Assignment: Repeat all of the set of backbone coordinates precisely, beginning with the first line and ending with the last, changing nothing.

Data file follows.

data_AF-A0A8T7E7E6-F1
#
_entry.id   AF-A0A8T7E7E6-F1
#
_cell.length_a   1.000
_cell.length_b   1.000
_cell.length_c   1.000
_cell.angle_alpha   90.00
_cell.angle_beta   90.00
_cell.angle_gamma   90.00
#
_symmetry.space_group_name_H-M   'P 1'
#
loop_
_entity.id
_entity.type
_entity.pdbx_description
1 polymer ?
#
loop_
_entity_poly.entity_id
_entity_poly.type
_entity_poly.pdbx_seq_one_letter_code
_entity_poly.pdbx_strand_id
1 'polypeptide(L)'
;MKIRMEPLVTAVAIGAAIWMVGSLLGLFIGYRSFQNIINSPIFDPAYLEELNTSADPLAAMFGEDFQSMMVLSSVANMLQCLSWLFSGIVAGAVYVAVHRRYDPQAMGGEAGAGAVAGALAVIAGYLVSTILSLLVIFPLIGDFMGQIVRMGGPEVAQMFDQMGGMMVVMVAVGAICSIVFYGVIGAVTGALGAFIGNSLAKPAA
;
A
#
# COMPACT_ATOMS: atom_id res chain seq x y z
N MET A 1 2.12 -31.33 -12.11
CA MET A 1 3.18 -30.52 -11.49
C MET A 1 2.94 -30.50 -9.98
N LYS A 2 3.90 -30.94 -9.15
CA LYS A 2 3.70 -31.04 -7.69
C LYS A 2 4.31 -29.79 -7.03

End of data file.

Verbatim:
data_AF-A0A8T7E7E6-F1
#
_entry.id   AF-A0A8T7E7E6-F1
#
_cell.length_a   1.000
_cell.length_b   1.000
_cell.length_c   1.000
_cell.angle_alpha   90.00
_cell.angle_beta   90.00
_cell.angle_gamma   90.00
#
_symmetry.space_group_name_H-M   'P 1'
#
loop_
_entity.id
_entity.type
_entity.pdbx_description
1 polymer ?
#
loop_
_entity_poly.entity_id
_entity_poly.type
_entity_poly.pdbx_seq_one_letter_code
_entity_poly.pdbx_strand_id
1 'polypeptide(L)'
;MKIRMEPLVTAVAIGAAIWMVGSLLGLFIGYRSFQNIINSPIFDPAYLEELNTSADPLAAMFGEDFQSMMVLSSVANMLQCLSWLFSGIVAGAVYVAVHRRYDPQAMGGEAGAGAVAGALAVIAGYLVSTILSLLVIFPLIGDFMGQIVRMGGPEVAQMFDQMGGMMVVMVAVGAICSIVFYGVIGAVTGALGAFIGNSLAKPAA
;
A
#
# COMPACT_ATOMS: atom_id res chain seq x y z
N MET A 1 2.12 -31.33 -12.11
CA MET A 1 3.18 -30.52 -11.49
C MET A 1 2.94 -30.50 -9.98
N LYS A 2 3.90 -30.94 -9.15
CA LYS A 2 3.70 -31.04 -7.69
C LYS A 2 4.31 -29.79 -7.03